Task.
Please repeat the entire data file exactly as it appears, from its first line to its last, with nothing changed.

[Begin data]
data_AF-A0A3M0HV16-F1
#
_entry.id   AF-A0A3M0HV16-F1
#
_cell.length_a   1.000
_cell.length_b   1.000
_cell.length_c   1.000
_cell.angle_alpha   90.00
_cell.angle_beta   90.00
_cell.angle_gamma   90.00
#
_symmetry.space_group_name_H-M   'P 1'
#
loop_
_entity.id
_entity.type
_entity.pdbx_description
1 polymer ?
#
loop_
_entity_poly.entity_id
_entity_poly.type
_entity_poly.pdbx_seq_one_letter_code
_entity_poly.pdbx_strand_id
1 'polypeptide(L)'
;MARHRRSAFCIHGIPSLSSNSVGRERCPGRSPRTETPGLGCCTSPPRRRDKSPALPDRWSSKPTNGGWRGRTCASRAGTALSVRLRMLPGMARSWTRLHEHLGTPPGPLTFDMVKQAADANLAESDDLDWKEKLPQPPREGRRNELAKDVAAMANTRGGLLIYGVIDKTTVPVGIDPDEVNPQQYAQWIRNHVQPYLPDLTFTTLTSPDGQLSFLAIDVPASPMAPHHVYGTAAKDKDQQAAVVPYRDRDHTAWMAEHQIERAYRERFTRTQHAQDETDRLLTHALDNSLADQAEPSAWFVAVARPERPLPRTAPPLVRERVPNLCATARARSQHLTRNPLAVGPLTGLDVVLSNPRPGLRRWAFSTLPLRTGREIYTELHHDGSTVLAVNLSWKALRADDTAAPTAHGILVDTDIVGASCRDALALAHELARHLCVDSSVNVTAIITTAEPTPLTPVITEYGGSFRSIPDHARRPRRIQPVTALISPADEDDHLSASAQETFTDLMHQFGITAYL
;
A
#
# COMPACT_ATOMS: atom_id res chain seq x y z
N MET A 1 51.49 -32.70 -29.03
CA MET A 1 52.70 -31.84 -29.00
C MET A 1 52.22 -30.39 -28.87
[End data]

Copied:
data_AF-A0A3M0HV16-F1
#
_entry.id   AF-A0A3M0HV16-F1
#
_cell.length_a   1.000
_cell.length_b   1.000
_cell.length_c   1.000
_cell.angle_alpha   90.00
_cell.angle_beta   90.00
_cell.angle_gamma   90.00
#
_symmetry.space_group_name_H-M   'P 1'
#
loop_
_entity.id
_entity.type
_entity.pdbx_description
1 polymer ?
#
loop_
_entity_poly.entity_id
_entity_poly.type
_entity_poly.pdbx_seq_one_letter_code
_entity_poly.pdbx_strand_id
1 'polypeptide(L)'
;MARHRRSAFCIHGIPSLSSNSVGRERCPGRSPRTETPGLGCCTSPPRRRDKSPALPDRWSSKPTNGGWRGRTCASRAGTALSVRLRMLPGMARSWTRLHEHLGTPPGPLTFDMVKQAADANLAESDDLDWKEKLPQPPREGRRNELAKDVAAMANTRGGLLIYGVIDKTTVPVGIDPDEVNPQQYAQWIRNHVQPYLPDLTFTTLTSPDGQLSFLAIDVPASPMAPHHVYGTAAKDKDQQAAVVPYRDRDHTAWMAEHQIERAYRERFTRTQHAQDETDRLLTHALDNSLADQAEPSAWFVAVARPERPLPRTAPPLVRERVPNLCATARARSQHLTRNPLAVGPLTGLDVVLSNPRPGLRRWAFSTLPLRTGREIYTELHHDGSTVLAVNLSWKALRADDTAAPTAHGILVDTDIVGASCRDALALAHELARHLCVDSSVNVTAIITTAEPTPLTPVITEYGGSFRSIPDHARRPRRIQPVTALISPADEDDHLSASAQETFTDLMHQFGITAYL
;
A
#
# COMPACT_ATOMS: atom_id res chain seq x y z
N MET A 1 51.49 -32.70 -29.03
CA MET A 1 52.70 -31.84 -29.00
C MET A 1 52.22 -30.39 -28.87